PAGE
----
Even though I'm not much of a gardener -- I blame the deer and the chipmunks for that -- I love flowers! So, I visit the gardens of my friends, and I travel to botanical gardens to take pictures, so I can paint them later in my studio. I just started on 7 new paintings, based on photos from my trip to Butchart Gardens in Victoria, British Columbia. My husband and I went there to celebrate our 25th wedding anniversary, and we knew it was going to be spectacular, but we were both blown away. What a place -- it was impossible to take a bad picture. Even the fuzzy ones are pretty. It was hard to choose what to paint, because we took about 250 pictures between us -- and, that's from just one garden!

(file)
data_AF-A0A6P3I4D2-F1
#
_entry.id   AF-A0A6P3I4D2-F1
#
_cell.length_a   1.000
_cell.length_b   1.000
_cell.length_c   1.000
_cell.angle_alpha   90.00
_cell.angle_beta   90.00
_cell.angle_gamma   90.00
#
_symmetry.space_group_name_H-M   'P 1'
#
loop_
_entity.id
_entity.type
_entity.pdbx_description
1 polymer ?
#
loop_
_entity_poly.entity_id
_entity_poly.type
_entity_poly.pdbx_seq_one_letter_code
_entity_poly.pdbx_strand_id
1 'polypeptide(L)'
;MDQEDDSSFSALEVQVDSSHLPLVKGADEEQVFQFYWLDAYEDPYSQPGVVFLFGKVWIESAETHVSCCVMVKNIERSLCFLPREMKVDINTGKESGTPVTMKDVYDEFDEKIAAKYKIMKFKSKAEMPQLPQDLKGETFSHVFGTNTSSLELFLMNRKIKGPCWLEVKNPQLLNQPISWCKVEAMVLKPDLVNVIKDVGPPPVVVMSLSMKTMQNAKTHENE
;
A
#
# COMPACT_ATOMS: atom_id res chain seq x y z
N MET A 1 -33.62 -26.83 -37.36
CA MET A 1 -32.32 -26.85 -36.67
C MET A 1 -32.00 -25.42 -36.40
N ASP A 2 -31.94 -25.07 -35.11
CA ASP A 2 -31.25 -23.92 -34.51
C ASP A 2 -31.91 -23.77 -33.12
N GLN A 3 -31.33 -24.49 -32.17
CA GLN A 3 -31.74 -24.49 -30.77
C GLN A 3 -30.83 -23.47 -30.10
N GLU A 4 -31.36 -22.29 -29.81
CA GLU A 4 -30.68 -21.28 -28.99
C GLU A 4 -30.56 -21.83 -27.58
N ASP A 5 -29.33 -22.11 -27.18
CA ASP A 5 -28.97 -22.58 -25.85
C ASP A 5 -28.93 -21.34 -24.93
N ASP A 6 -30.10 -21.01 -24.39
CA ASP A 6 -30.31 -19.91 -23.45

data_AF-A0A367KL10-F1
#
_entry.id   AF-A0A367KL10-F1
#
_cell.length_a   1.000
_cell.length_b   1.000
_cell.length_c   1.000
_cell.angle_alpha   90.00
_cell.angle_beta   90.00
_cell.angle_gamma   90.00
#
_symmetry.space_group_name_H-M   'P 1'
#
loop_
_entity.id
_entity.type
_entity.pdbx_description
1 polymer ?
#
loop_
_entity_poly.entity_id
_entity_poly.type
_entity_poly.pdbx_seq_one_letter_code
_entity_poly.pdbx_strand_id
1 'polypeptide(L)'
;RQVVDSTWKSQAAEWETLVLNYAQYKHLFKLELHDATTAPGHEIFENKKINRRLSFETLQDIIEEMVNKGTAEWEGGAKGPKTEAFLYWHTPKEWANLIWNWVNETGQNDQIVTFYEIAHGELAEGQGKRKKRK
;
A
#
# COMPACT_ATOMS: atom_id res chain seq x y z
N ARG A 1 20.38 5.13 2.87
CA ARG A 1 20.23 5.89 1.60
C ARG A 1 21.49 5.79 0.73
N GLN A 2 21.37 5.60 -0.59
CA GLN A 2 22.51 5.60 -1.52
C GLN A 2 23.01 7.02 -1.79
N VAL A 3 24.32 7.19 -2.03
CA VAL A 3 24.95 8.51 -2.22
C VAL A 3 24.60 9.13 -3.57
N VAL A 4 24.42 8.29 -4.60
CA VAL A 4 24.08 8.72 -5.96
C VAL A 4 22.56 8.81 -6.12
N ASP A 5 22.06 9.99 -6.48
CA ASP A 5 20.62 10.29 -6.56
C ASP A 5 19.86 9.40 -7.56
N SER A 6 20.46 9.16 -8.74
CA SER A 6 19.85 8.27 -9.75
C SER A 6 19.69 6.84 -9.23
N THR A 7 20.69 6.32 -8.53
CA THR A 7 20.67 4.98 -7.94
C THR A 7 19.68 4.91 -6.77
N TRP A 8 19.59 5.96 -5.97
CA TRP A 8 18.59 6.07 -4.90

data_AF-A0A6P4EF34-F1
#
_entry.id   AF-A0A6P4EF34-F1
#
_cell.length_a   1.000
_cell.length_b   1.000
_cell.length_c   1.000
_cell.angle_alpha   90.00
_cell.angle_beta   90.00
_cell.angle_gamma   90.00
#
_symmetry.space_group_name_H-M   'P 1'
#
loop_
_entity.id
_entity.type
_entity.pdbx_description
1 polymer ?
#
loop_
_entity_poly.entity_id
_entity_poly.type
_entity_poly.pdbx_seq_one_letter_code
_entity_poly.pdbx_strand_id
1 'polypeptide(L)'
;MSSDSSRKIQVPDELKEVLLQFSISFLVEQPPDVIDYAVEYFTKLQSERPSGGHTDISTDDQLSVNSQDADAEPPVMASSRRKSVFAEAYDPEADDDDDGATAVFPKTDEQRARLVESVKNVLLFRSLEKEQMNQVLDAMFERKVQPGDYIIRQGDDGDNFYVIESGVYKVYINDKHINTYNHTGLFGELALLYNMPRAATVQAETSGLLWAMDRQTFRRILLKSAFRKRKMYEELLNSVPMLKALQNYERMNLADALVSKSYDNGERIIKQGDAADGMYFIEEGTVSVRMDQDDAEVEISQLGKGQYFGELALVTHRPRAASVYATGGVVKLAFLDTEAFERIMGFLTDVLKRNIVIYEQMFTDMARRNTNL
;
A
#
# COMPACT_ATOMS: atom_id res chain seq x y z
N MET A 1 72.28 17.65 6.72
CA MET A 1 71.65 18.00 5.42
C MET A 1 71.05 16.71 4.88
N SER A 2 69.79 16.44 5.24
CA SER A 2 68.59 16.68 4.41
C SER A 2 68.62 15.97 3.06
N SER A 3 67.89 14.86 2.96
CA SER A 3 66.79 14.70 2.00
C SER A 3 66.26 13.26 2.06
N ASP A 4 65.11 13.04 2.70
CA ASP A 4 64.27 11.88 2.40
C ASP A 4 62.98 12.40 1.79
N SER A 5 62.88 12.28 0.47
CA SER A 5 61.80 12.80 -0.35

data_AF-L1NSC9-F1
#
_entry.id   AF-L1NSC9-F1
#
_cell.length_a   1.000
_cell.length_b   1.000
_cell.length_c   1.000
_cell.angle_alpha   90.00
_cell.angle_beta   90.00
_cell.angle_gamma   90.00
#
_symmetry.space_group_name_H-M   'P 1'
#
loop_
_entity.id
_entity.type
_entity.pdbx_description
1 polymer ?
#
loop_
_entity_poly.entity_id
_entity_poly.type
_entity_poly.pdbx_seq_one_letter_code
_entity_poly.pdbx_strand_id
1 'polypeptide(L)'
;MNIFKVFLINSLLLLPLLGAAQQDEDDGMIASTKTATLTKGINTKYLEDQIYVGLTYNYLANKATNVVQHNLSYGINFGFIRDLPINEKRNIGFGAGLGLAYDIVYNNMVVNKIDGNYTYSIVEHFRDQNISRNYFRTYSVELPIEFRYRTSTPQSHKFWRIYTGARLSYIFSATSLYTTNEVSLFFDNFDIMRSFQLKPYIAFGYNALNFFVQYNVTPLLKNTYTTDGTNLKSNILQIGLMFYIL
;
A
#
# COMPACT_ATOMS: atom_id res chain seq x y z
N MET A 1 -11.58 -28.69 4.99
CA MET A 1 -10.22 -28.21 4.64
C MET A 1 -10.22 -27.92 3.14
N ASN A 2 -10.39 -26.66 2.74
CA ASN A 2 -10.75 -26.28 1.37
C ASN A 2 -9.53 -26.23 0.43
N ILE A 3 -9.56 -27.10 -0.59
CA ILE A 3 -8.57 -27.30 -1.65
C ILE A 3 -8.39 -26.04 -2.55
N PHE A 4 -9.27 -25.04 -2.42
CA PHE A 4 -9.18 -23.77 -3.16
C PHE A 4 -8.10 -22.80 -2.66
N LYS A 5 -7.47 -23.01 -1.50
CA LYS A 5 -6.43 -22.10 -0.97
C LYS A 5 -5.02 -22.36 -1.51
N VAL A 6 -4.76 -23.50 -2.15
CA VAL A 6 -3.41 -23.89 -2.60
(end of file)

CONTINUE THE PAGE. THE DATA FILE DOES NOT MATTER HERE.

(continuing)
Thursday, July 3, 2008

Watercolor Is Permanent!

Watercolor has gotten a bad rap over the years, as not being as permanent as oils. This is just not true -- anymore. It is true that watercolors painted in the 19th century were not lightfast. Many artists, like Paul Cezanne, often painted his beautiful watercolors on inferior paper that discolored, using paint that tended to fade. And many of the oil painters of that time used watercolors only as a sketching medium, so watercolor has gained a reputation of being an inferior medium to oils.